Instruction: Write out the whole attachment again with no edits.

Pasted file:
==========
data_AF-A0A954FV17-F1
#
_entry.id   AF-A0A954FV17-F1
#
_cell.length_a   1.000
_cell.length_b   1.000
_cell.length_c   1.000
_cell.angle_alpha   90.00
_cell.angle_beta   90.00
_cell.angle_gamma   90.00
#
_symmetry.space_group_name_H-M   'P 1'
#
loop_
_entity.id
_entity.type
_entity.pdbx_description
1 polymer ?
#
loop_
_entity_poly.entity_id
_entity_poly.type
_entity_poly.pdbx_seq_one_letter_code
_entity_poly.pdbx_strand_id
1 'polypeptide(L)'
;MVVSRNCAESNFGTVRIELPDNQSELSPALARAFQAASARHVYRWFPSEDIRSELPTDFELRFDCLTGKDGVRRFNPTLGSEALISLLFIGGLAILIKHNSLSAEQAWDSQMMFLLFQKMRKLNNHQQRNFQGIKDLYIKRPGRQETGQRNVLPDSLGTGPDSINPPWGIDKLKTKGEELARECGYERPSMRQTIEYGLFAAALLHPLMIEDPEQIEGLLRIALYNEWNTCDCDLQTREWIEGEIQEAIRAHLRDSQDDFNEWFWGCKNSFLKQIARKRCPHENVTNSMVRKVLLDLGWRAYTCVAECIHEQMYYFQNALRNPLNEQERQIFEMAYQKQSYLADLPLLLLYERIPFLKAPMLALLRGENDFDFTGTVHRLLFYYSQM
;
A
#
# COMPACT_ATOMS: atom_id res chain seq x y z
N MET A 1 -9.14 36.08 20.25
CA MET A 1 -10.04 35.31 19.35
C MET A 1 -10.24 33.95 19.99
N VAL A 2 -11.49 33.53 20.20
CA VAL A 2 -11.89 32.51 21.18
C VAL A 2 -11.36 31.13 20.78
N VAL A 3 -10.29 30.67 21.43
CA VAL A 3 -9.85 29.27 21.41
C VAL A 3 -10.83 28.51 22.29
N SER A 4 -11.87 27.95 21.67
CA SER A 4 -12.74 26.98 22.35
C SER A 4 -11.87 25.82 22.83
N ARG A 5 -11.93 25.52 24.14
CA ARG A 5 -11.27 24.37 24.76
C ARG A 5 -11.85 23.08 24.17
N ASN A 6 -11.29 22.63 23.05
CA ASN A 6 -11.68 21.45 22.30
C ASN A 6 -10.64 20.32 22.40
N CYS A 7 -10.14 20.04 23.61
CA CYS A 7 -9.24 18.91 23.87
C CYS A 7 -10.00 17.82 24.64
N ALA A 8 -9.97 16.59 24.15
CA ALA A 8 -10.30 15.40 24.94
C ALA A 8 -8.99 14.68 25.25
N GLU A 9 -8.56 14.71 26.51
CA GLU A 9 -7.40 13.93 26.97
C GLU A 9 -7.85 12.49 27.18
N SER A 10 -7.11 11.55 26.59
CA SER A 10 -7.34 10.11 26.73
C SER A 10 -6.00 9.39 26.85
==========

data_AF-A0A954FV17-F1
#
_entry.id   AF-A0A954FV17-F1
#
_cell.length_a   1.000
_cell.length_b   1.000
_cell.length_c   1.000
_cell.angle_alpha   90.00
_cell.angle_beta   90.00
_cell.angle_gamma   90.00
#
_symmetry.space_group_name_H-M   'P 1'
#
loop_
_entity.id
_entity.type
_entity.pdbx_description
1 polymer ?
#
loop_
_entity_poly.entity_id
_entity_poly.type
_entity_poly.pdbx_seq_one_letter_code
_entity_poly.pdbx_strand_id
1 'polypeptide(L)'
;MVVSRNCAESNFGTVRIELPDNQSELSPALARAFQAASARHVYRWFPSEDIRSELPTDFELRFDCLTGKDGVRRFNPTLGSEALISLLFIGGLAILIKHNSLSAEQAWDSQMMFLLFQKMRKLNNHQQRNFQGIKDLYIKRPGRQETGQRNVLPDSLGTGPDSINPPWGIDKLKTKGEELARECGYERPSMRQTIEYGLFAAALLHPLMIEDPEQIEGLLRIALYNEWNTCDCDLQTREWIEGEIQEAIRAHLRDSQDDFNEWFWGCKNSFLKQIARKRCPHENVTNSMVRKVLLDLGWRAYTCVAECIHEQMYYFQNALRNPLNEQERQIFEMAYQKQSYLADLPLLLLYERIPFLKAPMLALLRGENDFDFTGTVHRLLFYYSQM
;
A
#
# COMPACT_ATOMS: atom_id res chain seq x y z
N MET A 1 -9.14 36.08 20.25
CA MET A 1 -10.04 35.31 19.35
C MET A 1 -10.24 33.95 19.99
N VAL A 2 -11.49 33.53 20.20
CA VAL A 2 -11.89 32.51 21.18
C VAL A 2 -11.36 31.13 20.78
N VAL A 3 -10.29 30.67 21.43
CA VAL A 3 -9.85 29.27 21.41
C VAL A 3 -10.83 28.51 22.29
N SER A 4 -11.87 27.95 21.67
CA SER A 4 -12.74 26.98 22.35
C SER A 4 -11.87 25.82 22.83
N ARG A 5 -11.93 25.52 24.14
CA ARG A 5 -11.27 24.37 24.76
C ARG A 5 -11.85 23.08 24.17
N ASN A 6 -11.29 22.63 23.05
CA ASN A 6 -11.68 21.45 22.30
C ASN A 6 -10.64 20.32 22.40
N CYS A 7 -10.14 20.04 23.61
CA CYS A 7 -9.24 18.91 23.87
C CYS A 7 -10.00 17.82 24.64
N ALA A 8 -9.97 16.59 24.15
CA ALA A 8 -10.30 15.40 24.94
C ALA A 8 -8.99 14.68 25.25
N GLU A 9 -8.56 14.71 26.51
CA GLU A 9 -7.40 13.93 26.97
C GLU A 9 -7.85 12.49 27.18
N SER A 10 -7.11 11.55 26.59
CA SER A 10 -7.34 10.11 26.73
C SER A 10 -6.00 9.39 26.85